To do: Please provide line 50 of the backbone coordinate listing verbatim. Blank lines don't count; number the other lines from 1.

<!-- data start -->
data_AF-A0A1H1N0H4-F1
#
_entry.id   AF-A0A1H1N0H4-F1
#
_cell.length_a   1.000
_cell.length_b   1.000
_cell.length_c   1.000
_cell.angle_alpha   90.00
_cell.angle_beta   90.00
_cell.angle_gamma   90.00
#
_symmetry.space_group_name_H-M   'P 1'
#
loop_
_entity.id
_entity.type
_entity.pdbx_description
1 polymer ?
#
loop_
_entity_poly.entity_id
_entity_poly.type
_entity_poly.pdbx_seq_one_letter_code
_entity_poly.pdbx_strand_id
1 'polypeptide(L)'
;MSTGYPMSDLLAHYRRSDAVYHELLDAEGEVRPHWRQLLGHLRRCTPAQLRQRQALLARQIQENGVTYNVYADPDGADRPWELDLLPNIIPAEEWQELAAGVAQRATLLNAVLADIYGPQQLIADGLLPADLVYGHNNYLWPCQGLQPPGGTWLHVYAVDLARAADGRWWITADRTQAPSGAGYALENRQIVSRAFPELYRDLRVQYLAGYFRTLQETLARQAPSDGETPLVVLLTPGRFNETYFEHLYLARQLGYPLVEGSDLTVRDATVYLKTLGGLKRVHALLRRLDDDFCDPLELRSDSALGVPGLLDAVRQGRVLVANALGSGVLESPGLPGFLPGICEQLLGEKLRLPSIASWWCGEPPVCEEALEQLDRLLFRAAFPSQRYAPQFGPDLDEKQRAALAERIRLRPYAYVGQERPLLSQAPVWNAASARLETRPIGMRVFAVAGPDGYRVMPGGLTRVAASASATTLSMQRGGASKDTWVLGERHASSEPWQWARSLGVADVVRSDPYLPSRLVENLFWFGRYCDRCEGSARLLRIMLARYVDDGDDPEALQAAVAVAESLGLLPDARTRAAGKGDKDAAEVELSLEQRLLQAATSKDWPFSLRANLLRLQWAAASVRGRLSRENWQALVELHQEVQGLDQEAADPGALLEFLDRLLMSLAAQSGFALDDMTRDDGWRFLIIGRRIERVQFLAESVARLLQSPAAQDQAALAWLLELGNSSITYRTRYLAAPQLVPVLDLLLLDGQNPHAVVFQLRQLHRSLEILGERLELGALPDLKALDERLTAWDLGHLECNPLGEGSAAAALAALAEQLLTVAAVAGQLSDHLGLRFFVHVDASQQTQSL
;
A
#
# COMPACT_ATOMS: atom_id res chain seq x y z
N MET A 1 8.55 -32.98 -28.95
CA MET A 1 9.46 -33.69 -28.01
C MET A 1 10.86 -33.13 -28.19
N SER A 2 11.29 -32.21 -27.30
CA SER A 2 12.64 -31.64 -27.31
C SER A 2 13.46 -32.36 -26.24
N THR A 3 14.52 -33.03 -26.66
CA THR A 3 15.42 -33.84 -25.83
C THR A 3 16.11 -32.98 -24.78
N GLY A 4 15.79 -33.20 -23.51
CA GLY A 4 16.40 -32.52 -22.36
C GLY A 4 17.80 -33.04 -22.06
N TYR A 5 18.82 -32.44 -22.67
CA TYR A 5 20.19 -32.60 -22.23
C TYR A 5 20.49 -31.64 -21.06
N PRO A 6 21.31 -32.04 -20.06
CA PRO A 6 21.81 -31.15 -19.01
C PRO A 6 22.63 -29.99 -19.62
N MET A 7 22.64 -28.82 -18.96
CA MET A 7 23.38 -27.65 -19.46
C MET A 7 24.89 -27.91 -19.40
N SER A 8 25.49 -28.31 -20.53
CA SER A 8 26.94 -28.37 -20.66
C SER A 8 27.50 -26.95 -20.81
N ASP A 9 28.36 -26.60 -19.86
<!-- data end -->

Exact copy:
CA MET A 7 23.38 -27.65 -19.46